A fascinating well-preserved canister, containing a white cream, has been found at the site of an ancient Roman temple in London.
The cylinder container, with a white cream inside revealing the user’s fingerprints, could offer unprecedented insights into rituals and use of cosmetics 2000 years ago.
Archaeologists assume that the white cream, found in a well-sealed cylindrical tub, may either be a face cream or a face paint, and the canister was probably buried in a ritual offering, they claim.
Gary Brown, managing director of Pre-Construct Archaeology whose team of archaeologists have been painstakingly excavating the Tabard Square site over the past year, told Guardian:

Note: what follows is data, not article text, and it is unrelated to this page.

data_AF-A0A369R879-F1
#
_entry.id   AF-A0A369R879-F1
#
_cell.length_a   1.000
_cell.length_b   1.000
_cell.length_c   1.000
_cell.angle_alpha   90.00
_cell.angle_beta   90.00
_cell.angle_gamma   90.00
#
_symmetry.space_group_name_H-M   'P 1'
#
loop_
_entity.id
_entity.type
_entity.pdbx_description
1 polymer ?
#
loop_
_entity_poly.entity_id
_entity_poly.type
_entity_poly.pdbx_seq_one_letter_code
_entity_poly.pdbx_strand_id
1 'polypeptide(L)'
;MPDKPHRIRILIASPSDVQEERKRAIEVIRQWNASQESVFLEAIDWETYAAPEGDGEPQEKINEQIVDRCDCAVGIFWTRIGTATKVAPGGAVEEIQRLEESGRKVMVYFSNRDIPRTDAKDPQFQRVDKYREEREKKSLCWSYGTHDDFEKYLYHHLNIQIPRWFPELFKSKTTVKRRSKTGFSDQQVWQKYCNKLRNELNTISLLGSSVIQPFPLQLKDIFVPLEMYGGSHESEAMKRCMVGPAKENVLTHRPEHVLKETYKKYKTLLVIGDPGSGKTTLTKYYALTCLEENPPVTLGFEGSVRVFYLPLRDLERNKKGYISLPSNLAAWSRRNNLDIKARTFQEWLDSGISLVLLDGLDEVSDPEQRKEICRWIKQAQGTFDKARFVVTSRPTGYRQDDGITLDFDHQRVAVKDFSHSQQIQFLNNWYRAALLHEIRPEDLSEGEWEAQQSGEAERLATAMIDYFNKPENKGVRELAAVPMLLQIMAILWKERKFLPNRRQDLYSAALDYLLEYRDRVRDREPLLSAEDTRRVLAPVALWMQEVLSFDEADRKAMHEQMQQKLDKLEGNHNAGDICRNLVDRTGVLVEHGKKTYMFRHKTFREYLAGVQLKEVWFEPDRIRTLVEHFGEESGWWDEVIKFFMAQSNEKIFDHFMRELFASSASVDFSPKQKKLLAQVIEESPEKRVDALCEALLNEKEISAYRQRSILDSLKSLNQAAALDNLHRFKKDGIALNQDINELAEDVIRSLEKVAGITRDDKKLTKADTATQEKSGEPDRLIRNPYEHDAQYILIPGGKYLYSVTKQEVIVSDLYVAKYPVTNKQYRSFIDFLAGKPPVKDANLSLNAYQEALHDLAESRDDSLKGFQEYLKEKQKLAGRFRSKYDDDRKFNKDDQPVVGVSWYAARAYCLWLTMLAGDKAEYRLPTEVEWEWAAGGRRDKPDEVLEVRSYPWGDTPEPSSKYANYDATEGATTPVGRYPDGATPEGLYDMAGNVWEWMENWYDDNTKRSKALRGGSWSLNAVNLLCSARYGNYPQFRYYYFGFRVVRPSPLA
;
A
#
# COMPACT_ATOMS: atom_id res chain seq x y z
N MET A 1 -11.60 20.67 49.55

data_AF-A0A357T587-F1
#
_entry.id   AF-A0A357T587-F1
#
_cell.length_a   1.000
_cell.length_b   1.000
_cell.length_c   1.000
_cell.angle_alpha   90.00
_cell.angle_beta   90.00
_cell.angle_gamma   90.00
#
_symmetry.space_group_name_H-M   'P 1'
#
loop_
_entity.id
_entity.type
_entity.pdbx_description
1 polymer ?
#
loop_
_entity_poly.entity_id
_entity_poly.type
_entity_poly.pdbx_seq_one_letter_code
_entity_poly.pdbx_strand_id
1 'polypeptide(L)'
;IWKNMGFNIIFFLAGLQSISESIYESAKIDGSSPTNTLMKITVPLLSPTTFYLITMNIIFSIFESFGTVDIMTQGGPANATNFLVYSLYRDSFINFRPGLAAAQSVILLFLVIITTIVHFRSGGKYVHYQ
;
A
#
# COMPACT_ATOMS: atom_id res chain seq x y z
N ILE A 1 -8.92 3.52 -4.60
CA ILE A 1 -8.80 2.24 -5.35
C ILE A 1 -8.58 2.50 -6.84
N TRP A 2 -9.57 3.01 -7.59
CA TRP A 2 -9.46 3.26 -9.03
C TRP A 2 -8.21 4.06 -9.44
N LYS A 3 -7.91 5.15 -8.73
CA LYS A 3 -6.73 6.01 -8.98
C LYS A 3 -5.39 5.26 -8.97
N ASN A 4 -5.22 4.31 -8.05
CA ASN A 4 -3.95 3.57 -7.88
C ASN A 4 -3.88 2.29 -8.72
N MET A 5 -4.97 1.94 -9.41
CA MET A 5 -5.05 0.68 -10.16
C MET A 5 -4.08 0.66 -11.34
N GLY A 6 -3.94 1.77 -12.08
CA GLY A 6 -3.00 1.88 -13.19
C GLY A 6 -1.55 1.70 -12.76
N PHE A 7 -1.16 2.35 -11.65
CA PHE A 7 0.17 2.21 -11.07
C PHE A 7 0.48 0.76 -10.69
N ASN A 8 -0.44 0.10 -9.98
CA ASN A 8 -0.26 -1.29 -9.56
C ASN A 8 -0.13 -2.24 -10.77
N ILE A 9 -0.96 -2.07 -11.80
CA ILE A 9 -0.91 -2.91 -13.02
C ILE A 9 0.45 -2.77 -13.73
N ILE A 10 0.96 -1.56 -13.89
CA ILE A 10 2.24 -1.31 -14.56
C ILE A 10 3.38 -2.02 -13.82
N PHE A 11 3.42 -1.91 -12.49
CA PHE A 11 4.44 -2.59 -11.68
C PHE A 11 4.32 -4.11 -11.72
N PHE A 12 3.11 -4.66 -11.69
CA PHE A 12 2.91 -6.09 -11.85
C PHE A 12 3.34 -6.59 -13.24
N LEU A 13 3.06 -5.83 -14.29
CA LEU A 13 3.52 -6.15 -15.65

“I am astounded,” said”It appears to be a kind of cosmetic cream or ointment. Creams of this kind do not ordinarily survive into the archaeological record, so this is a unique find.”
The sealed container was unearthed on a site at the junction between two major Roman roads in Southwark, near the river Thames.
The site, dating from 50 AD, contained two 11-metre-square Roman-Celtic temples, between which was a large yard suitable for mass worship.